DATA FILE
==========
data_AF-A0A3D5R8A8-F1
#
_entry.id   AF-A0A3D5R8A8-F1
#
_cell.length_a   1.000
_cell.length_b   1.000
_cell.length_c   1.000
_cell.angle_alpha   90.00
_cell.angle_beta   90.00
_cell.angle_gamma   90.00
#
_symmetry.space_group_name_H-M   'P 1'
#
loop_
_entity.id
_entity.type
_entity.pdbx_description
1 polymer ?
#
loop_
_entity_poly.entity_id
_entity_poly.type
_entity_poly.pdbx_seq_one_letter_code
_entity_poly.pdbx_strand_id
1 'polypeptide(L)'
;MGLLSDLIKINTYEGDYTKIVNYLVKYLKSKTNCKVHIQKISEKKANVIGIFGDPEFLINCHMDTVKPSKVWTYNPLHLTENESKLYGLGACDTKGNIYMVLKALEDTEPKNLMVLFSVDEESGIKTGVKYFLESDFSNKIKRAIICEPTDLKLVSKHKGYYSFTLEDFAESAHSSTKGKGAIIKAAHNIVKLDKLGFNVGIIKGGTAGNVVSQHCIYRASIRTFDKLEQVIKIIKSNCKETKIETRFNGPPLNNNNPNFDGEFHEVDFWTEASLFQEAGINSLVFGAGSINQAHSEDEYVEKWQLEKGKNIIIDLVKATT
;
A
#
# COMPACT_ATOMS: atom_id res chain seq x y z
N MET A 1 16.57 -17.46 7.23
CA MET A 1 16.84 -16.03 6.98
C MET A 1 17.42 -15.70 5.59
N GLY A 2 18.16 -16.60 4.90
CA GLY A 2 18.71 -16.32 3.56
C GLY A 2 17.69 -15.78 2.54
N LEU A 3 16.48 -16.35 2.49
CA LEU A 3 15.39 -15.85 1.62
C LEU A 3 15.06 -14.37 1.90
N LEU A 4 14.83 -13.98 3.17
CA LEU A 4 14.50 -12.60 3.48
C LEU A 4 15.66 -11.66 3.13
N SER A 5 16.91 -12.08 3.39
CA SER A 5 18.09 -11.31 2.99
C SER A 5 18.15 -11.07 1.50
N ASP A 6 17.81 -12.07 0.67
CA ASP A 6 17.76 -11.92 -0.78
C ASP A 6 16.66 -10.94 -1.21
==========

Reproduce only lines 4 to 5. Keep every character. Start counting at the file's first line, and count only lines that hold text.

#
_cell.length_a   1.000